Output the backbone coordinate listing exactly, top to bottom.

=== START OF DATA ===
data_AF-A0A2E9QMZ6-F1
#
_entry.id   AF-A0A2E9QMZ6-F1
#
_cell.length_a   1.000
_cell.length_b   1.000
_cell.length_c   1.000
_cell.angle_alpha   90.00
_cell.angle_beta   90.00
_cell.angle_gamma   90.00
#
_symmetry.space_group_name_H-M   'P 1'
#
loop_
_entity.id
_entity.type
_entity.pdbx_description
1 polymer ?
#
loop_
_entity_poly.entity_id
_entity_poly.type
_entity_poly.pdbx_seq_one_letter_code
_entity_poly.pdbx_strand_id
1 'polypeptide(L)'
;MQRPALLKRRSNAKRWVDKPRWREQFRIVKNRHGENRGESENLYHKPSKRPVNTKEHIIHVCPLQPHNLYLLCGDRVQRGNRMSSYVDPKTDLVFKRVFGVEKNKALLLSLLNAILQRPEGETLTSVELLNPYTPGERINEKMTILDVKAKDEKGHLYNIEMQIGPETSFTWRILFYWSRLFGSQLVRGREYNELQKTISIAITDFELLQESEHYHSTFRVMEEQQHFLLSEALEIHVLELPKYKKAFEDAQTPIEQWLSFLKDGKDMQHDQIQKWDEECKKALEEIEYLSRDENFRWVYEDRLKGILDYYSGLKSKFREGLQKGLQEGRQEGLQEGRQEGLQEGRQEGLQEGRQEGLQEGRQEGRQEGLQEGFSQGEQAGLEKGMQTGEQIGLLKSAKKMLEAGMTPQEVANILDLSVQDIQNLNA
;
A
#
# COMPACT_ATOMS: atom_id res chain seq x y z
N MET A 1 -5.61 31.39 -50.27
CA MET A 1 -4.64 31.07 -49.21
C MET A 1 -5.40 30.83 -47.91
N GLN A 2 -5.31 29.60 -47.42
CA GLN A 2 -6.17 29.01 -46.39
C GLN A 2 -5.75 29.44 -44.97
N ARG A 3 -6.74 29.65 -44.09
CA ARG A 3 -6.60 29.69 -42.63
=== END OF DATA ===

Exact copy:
data_AF-A0A2E9QMZ6-F1
#
_entry.id   AF-A0A2E9QMZ6-F1
#
_cell.length_a   1.000
_cell.length_b   1.000
_cell.length_c   1.000
_cell.angle_alpha   90.00
_cell.angle_beta   90.00
_cell.angle_gamma   90.00
#
_symmetry.space_group_name_H-M   'P 1'
#
loop_
_entity.id
_entity.type
_entity.pdbx_description
1 polymer ?
#
loop_
_entity_poly.entity_id
_entity_poly.type
_entity_poly.pdbx_seq_one_letter_code
_entity_poly.pdbx_strand_id
1 'polypeptide(L)'
;MQRPALLKRRSNAKRWVDKPRWREQFRIVKNRHGENRGESENLYHKPSKRPVNTKEHIIHVCPLQPHNLYLLCGDRVQRGNRMSSYVDPKTDLVFKRVFGVEKNKALLLSLLNAILQRPEGETLTSVELLNPYTPGERINEKMTILDVKAKDEKGHLYNIEMQIGPETSFTWRILFYWSRLFGSQLVRGREYNELQKTISIAITDFELLQESEHYHSTFRVMEEQQHFLLSEALEIHVLELPKYKKAFEDAQTPIEQWLSFLKDGKDMQHDQIQKWDEECKKALEEIEYLSRDENFRWVYEDRLKGILDYYSGLKSKFREGLQKGLQEGRQEGLQEGRQEGLQEGRQEGLQEGRQEGLQEGRQEGRQEGLQEGFSQGEQAGLEKGMQTGEQIGLLKSAKKMLEAGMTPQEVANILDLSVQDIQNLNA
;
A
#
# COMPACT_ATOMS: atom_id res chain seq x y z
N MET A 1 -5.61 31.39 -50.27
CA MET A 1 -4.64 31.07 -49.21
C MET A 1 -5.40 30.83 -47.91
N GLN A 2 -5.31 29.60 -47.42
CA GLN A 2 -6.17 29.01 -46.39
C GLN A 2 -5.75 29.44 -44.97
N ARG A 3 -6.74 29.65 -44.09
CA ARG A 3 -6.60 29.69 -42.63